Movement disorders among individuals with an Autism Spectrum Disorder (ASD) have been gaining greater attention over recent years. Historically, movement disorders have been considered from two diagnostic perspectives. Primarily, forms of unusual movement have been characterized as one of the fundamental characteristics of ASD as a “narrow range of actions or interests” [Diagnostic and Statistical Manual of the American Psychiatric Association, 4th Edition—Revised, (DSM-4-R, 2000
)]. Secondarily, “odd” movements have been described as an “associated feature” of ASD or in more extreme presentations a diagnosis of catatonia has been rendered (Wing and Shah, 2000
). In either instance, little has been understood or studied in relation to why
individuals diagnosed with ASD present with a wide array of differences in their movement and what relation these movement patterns may have to understanding the underlying etiology of the disorders.
The presentation of aberrant movements in ASD has been apparent from the first inception of the diagnosis (Kanner, 1943
). Movement disorders have included a wide range of differences such as greater clumsiness, motor coordination abnormalities, postural control impairments and instability, hypotonia, muscle rigidity, akinesia, and bradykinesia, and more (Damasio and Maurer, 1978
; Jones and Prior, 1985
; Bauman, 1992
; Kohen-Raz et al., 1992
; Leary and Hill, 1996
; Rogers et al., 1996
; Rapin, 1997
; Ghaziuddin and Butler, 1998
; Molloy et al., 2003
; Minshew et al., 2004
; Donnellan et al., 2006
). However, there is a growing number of researchers who have characterized disorders of movement as fundamental aspects of ASD (Leary and Hill, 1996
; Donnellan et al., 2010
; Fournier et al., 2010
). This is a non-trivial distinction implying that differences in movement may offer clues to the underlying etiology of ASD, rather than simply being “associated” with the diagnosis.
The study of gait has been one domain of movement that has drawn interest for a number of years in this population. However, the relatively small numbers of empirical studies of gait that have been reported have varied in the methodologies and technologies used, participant ages, sample sizes, and ASD subtypes that have been studied (Vilensky et al., 1981
; Hallett et al., 1993
; Vernazza-Martin et al., 2005
; Rinehart et al., 2006a
; Calhoun et al., 2011
; Esposito et al., 2011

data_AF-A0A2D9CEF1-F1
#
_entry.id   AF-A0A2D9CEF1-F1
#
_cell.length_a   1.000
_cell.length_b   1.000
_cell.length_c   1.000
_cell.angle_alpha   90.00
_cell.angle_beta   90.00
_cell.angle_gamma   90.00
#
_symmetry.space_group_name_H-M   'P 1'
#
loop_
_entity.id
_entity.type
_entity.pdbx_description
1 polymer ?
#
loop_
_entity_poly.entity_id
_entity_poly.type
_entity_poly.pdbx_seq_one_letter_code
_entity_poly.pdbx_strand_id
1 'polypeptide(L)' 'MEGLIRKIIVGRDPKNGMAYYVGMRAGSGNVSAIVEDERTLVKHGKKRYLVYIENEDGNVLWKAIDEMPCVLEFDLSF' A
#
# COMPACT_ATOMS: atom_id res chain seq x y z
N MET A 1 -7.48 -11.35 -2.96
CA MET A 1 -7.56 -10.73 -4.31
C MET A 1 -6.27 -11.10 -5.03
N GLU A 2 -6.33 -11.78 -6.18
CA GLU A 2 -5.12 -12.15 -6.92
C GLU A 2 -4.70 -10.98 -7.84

). Hence, it is not surprising that these reports have offered mixed findings in the extent and types of movement differences that have been found across these different individuals.
In considering some of the differing accounts of gait in this population, we are struck by two trends. First, every group of individuals diagnosed with an ASD who have participated in studies of gait show some form of movement differences as compared to typically developing control participants. This is consistent with Leary and Hill's (1996
); Fournier et al.'s (2010
) and Donnellan et al.'s (2010
) similar conclusions that movement differences are pervasive among the entire population and as such should be thought of as a core deficit or difference in ASD.
Second, preliminary considerations indicate possible trends regarding the types of differences found in gait patterns correlating with the type of ASD that participants present with. Fournier et al. (2010
) concluded that the pervasive differences in motor functions are not related to intelligence, to which we agree. However, there may be a correlation between the extent or type of differences found in gait as a function of the form or severity of the ASD diagnosis. By “severity” we are referring to the extent of difficulties in the so called “core deficits” of Autism—disorders or differences in communication, social interactions and range of actions and interests. Bear in mind that cognitive status has never been considered a “core deficit,” though ability to perform on any standardized cognitive test will co-vary with communication, social interaction and range of action skills (Zelazo et al., 1989